It’s New Year’s Day and for most of us that means a fresh start, a new beginning, another chance to get things right. We exercise more, drink less, whatever fits our interpretation of the Big Reset.
One common practice in a new calendar year is decluttering. We reassess a lifetime of acquisitions. There’s a lot of “out with the old,” except it’s generally followed by a lot of “in with the new,” and then we’re back to square one.
Coming from a military family, I’m a bit of a professional discarder. Every time we moved, I tossed items I didn’t “need” anymore: Barbie dolls, Beatles records, tchotchkes my parents brought me from their international travels. It’s all gone, in essence, the tangible memories of my childhood becoming fewer and fewer with every transfer. I don’t want it all back, but then, I do. I want it tucked away in some attic or basement or garage or closet, not on display but nevertheless accessible just so I can look at it from time to time. There is likely some dark, disturbing psychosis there. I don’t want to explore that one too thoroughly.
In the past few years, I’ve done a couple of big decluttering projects and I have regrets. The biggest one was clearing out my mom’s house too quickly after her passing. On some level, I wanted to snap my fingers and make it all disappear because it was hard enough to lose her, let alone clean up and sell her house. I took what I could, but 11 years later I still rue my decision to leave behind a mid-century modern china cabinet, a room filled to the rafters with craft supplies, and drawerfuls of pretty scarves.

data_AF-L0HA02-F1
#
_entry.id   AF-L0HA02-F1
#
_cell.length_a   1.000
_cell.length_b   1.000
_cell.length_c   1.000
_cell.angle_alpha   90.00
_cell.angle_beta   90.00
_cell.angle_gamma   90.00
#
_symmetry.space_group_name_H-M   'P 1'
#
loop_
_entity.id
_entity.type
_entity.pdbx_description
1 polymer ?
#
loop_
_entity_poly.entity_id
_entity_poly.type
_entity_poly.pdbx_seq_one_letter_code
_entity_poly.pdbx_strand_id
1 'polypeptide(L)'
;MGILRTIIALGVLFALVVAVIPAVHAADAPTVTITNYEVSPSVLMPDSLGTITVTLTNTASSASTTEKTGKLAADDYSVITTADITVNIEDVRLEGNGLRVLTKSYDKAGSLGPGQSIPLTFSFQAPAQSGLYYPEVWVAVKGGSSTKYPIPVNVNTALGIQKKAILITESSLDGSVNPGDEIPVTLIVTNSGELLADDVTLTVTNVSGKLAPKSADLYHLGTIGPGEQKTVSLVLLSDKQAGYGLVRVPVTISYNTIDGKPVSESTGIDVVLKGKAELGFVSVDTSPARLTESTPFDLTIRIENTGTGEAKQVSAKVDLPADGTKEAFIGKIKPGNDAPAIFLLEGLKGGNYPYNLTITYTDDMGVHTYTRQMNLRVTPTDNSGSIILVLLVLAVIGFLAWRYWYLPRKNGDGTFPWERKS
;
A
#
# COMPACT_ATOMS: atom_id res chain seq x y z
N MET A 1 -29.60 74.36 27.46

I was equally brutal a few years ago when I Marie Kondo-ed my place. Marie Kondo is the queen of “tidying.” Her philosophy is to keep only the things that “spark joy.” The problem is I’m a relatively joyless individual. Sure, I like my stuff, or most of it anyway, but does it spark joy? I’d have to go with a no on that one. So, I did a pretty thorough purge in my Marie Kondo phase, although, as “stuff” tends to do, it’s creeping back and again taking control of my small place.
In part it’s coming back because of four full-sized dollhouses, one large room box, and cartloads of dollhouse building tools and accessories. All of this is bringing me to the gist of this post, which is my dollhouse collection. As I’ve said many times, I chose a hobby for which I don’t have room during the construction phase, nor space to store or display the finished products. In my defense, I never intended to build more than one house. Maybe it’s like that person who only intends to get one cat, but then…
So here I am at the point where I need to declutter and the houses are a logical starting point. Then it hit me. My dollhouses are probably the one thing in the living room that really do spark joy. No, I don’t have space to build them, but I love building them. No, I don’t have the square footage to display them, at least not all of them properly and simultaneously, but I love catching glances at them as I go through my day.
Maybe the place is getting a little tight, and maybe I am adding where I should be subtracting. I’d love to reclaim a chunk of the living room. But the dollhouses are not going anywhere.
Now the couch…